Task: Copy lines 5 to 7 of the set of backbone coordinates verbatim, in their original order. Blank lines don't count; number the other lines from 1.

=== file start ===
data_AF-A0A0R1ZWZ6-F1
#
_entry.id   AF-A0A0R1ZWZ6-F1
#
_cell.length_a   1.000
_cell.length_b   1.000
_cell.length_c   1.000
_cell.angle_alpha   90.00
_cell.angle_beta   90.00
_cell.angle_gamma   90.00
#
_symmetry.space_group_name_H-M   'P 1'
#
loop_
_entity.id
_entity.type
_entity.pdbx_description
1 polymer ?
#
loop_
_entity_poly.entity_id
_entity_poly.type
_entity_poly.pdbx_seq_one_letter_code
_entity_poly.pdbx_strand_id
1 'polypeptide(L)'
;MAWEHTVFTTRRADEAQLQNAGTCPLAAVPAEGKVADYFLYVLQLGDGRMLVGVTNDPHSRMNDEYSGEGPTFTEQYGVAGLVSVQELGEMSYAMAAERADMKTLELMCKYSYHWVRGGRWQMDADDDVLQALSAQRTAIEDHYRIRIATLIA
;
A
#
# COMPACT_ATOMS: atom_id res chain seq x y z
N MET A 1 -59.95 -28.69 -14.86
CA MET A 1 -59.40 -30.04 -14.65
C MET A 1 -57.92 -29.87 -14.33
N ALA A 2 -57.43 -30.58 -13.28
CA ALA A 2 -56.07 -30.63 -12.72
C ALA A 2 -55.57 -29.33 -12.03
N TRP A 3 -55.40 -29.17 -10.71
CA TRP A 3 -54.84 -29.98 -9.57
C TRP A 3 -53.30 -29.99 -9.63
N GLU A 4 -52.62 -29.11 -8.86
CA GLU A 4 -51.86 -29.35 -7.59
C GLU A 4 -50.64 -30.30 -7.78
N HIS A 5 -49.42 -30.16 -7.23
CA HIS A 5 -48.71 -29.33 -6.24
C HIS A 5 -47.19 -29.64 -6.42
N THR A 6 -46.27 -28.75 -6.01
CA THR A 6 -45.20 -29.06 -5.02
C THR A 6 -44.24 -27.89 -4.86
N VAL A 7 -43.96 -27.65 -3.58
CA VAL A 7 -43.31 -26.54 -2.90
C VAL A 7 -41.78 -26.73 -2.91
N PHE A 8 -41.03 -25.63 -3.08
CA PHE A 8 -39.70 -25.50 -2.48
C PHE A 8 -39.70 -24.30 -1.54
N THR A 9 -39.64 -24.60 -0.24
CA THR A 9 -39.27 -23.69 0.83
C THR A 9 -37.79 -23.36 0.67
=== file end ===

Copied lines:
_cell.length_a   1.000
_cell.length_b   1.000
_cell.length_c   1.000